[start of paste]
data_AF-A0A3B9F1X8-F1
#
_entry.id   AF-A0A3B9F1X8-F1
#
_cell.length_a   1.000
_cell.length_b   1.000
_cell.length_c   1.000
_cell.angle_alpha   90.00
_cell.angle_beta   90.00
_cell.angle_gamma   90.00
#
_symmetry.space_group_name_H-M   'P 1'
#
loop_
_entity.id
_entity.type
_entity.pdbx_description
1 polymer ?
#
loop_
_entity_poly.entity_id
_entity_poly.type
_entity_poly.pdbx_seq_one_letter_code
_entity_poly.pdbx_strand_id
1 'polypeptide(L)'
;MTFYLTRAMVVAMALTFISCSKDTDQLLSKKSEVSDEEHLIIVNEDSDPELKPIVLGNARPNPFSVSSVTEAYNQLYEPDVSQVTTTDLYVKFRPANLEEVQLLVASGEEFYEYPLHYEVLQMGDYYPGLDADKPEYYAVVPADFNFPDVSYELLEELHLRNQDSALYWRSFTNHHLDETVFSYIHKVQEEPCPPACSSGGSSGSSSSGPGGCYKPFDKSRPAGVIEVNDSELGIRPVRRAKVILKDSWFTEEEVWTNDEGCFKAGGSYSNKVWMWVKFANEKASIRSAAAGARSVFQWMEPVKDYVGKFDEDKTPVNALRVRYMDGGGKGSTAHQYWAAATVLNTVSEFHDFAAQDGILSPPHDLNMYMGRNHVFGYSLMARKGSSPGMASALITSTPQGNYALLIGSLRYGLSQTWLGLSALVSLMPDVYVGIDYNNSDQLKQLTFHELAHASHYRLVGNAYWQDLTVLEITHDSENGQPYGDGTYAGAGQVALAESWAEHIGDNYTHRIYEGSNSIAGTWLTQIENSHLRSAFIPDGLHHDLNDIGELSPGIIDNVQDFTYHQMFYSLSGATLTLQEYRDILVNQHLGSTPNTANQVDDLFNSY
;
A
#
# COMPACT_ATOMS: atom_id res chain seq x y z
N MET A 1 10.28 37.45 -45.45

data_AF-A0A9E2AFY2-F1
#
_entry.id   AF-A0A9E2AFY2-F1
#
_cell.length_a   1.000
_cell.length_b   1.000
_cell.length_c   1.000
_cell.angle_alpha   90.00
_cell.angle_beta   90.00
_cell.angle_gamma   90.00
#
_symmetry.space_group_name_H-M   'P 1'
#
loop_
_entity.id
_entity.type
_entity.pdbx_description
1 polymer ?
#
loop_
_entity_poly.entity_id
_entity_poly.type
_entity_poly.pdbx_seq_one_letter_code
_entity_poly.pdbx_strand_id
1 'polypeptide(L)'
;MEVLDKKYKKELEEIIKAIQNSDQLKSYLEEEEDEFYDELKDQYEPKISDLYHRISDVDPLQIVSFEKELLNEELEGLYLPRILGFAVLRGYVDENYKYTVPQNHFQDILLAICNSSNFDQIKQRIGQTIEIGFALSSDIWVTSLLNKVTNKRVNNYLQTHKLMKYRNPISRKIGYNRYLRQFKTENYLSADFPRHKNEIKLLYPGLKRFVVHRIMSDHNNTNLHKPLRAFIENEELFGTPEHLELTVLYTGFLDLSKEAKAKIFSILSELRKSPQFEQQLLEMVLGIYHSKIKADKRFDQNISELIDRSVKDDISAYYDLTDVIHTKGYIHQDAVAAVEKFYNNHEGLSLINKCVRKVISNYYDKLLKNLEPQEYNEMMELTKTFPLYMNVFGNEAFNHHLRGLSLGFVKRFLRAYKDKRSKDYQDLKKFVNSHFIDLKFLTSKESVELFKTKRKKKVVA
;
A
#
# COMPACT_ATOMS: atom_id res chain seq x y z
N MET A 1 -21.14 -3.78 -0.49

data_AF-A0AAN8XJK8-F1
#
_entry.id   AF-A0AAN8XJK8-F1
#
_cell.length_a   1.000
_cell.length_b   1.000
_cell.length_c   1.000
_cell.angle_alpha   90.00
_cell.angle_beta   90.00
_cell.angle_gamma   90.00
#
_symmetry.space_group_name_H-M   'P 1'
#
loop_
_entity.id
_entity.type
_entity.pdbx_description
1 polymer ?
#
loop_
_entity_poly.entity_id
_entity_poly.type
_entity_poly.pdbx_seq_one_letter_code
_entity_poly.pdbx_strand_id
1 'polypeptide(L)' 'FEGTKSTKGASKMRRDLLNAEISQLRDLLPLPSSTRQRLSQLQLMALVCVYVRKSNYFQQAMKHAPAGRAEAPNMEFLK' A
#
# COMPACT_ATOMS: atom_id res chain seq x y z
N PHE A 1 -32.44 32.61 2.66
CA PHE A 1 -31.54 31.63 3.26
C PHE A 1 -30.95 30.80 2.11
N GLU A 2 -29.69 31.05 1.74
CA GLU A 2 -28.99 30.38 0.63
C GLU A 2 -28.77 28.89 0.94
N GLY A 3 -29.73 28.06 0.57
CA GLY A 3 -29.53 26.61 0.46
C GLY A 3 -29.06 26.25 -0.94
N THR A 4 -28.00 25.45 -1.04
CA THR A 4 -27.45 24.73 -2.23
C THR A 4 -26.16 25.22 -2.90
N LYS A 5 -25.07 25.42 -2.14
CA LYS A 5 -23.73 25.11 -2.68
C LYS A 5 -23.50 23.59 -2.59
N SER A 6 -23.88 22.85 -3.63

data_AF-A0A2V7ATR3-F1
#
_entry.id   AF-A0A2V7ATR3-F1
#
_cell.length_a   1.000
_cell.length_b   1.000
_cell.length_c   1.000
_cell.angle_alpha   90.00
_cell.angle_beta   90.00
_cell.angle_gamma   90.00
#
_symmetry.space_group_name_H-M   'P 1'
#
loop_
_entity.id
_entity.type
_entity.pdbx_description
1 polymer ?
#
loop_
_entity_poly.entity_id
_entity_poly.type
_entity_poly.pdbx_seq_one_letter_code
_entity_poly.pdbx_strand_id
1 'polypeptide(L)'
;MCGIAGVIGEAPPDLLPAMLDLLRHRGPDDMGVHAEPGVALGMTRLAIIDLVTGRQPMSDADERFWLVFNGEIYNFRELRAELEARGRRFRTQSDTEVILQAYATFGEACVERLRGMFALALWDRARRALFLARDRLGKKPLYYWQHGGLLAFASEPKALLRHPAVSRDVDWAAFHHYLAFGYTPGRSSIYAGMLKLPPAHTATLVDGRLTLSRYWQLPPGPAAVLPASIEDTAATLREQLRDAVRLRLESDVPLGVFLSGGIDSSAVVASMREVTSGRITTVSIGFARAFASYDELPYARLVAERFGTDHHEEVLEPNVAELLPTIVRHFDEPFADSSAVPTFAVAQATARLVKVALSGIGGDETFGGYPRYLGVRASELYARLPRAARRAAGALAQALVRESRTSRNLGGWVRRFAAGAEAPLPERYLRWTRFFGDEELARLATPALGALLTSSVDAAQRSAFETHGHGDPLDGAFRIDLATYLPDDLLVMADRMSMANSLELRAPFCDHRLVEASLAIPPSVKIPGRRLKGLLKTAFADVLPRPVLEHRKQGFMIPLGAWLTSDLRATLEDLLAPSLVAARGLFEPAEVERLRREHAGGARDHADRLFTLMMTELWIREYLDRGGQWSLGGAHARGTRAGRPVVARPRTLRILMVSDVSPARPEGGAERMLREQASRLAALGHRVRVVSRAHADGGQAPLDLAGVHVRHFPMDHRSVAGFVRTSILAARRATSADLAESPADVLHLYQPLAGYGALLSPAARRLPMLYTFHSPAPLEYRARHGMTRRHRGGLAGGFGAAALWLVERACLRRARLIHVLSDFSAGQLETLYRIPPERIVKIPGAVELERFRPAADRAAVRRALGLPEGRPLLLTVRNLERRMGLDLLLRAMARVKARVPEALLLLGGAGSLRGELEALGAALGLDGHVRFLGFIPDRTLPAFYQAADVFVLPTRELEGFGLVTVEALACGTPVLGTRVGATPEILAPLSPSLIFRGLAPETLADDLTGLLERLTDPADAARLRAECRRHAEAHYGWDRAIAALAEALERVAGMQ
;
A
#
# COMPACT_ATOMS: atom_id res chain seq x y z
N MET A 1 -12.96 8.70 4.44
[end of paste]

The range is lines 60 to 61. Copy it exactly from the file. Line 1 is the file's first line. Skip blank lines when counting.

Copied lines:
#
# COMPACT_ATOMS: atom_id res chain seq x y z